Sleep in the bedroom; live in the building: An overview of 2018’s Student Housing Conference
A bright future is predicted for the UK and global student housing sector.
That’s according to the speakers at this year’s Student Housing Conference, which brings together the leading players in the student housing sector. The London-based conference, organised by LD Events and now in its ninth year, is a thorough analysis of student housing as an international investment class, and looks at the key issues in the UK, European and worldwide markets, as well as future opportunities in the sector.
The tone of the day was cautiously optimistic.
James Pullan, of estate agent Knight Frank, predicted that any impact Brexit may have in attracting EU students wouldn't be catastrophic, as they currently only make up 7% of the UK market. He suggested that the demand in this sector is potentially ‘Brexit proof’, making it an attractive opportunity for investors in the UK market.
Several contributors also noted that universities are now much more commercially aware and more comfortable talking with providers and developers about factors that matter in creating viable schemes. This will certainly help in Nomination Agreement negotiations, a key milestone preceding much of the development activities.
According to Nick Riley, of architectural firm Whittam Cox, the future design of student housing aligned more to a co-living model and is feeding into private rented sector (PRS) expectations for graduates. Riley described this model as 'sleep in the bedroom, live in the building'.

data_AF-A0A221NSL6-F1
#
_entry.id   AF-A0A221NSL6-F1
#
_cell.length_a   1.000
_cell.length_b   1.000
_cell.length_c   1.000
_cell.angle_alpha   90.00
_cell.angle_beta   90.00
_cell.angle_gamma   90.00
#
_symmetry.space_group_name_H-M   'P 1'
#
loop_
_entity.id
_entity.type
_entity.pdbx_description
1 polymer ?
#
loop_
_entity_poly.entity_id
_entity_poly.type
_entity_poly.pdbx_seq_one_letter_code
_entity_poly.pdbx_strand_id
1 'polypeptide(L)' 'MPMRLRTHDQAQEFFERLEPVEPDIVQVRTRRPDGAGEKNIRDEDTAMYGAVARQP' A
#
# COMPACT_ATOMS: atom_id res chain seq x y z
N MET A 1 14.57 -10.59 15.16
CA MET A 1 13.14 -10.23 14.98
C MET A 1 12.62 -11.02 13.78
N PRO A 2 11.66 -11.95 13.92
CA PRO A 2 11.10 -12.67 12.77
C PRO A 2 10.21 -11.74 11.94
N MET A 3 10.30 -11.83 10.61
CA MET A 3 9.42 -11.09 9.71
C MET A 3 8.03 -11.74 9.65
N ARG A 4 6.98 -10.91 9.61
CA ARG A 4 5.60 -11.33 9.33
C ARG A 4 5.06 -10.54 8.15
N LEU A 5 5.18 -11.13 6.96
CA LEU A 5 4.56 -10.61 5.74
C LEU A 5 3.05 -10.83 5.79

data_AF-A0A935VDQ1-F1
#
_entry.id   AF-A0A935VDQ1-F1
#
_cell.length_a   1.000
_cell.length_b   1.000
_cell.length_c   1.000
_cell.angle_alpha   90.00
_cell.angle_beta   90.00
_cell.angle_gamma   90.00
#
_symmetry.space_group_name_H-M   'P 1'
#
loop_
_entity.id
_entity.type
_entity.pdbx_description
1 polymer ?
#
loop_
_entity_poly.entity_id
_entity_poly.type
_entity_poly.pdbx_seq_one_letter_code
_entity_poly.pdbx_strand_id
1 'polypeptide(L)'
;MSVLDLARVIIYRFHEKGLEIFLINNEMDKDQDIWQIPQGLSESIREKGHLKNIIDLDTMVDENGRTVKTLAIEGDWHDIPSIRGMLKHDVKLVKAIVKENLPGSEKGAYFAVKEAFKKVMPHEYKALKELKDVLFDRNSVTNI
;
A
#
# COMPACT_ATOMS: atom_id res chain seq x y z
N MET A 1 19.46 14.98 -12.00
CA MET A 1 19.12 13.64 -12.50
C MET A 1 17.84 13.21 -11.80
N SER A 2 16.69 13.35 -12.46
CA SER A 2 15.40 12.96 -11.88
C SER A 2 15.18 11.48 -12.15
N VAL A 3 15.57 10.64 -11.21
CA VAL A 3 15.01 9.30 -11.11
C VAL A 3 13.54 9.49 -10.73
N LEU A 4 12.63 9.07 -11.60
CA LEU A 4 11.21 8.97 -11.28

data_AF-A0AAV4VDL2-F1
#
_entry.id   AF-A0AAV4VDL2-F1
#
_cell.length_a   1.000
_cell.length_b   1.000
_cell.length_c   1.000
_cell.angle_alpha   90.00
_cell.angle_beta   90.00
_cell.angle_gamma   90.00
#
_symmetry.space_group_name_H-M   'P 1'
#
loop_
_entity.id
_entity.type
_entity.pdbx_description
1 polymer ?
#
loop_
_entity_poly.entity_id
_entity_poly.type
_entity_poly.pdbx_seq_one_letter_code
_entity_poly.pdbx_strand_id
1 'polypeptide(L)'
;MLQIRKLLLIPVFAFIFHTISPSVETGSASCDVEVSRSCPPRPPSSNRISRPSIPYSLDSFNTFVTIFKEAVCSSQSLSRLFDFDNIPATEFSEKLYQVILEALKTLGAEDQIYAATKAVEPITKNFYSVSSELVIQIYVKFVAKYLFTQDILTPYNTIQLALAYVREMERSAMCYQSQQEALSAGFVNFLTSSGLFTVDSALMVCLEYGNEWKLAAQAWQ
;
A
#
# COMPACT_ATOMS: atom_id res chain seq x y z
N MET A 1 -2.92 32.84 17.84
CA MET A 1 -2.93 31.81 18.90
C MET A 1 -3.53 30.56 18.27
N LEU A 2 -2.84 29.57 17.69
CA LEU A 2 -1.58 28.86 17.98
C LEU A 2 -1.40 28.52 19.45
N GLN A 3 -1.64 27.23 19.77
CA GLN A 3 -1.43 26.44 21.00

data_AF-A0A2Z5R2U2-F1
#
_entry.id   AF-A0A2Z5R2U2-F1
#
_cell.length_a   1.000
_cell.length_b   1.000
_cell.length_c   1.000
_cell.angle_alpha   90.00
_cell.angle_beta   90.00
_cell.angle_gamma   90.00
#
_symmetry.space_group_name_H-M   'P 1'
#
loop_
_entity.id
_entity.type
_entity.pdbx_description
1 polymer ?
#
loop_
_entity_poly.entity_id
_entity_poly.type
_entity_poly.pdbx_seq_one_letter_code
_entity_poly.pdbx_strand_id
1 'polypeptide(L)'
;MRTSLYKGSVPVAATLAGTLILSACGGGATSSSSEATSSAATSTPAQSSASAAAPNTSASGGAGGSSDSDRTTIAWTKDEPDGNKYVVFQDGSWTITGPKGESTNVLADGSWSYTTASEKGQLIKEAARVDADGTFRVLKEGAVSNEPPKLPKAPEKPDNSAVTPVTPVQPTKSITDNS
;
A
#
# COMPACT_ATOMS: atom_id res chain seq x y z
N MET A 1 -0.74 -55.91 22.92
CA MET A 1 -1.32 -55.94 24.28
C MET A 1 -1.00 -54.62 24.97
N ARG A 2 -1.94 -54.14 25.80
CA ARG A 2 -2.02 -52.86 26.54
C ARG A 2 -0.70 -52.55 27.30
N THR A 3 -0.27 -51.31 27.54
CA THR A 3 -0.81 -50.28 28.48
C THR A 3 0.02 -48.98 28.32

Universities are also increasingly looking to incorporate academic facilities in their student housing developments, to help offset the shortage of teaching space in current facilities that’s now a commonly experienced issue. As demonstrated in Henry Riley’s First Way scheme at Wembley.
Some student accommodation providers are going global which is proving successful, with Global Student Accommodation (GSA) talking excitedly about their ‘global signatures’ which are common to all their developments. There was a lot of discussion about European markets being a viable option with a multitude of investment and development opportunities in this sector.
The need for everyone involved in the design and development of student housing to consider student wellbeing and mental health, was raised regularly throughout the day.
This is a fast-moving sector with students expecting a higher standard of product and state of the art technology, with ethical, social, and community considerations of the development all likely to be high on their list of factors when considering accommodation offerings.
How Henry Riley will play its part
We will continue to liaise with developers, education providers, and student housing providers to help this sector realise its full potential, by bringing them together where their needs and aspirations align and using our experience of multi-party student housing schemes to shape future developments.
David Ayres, Senior Associate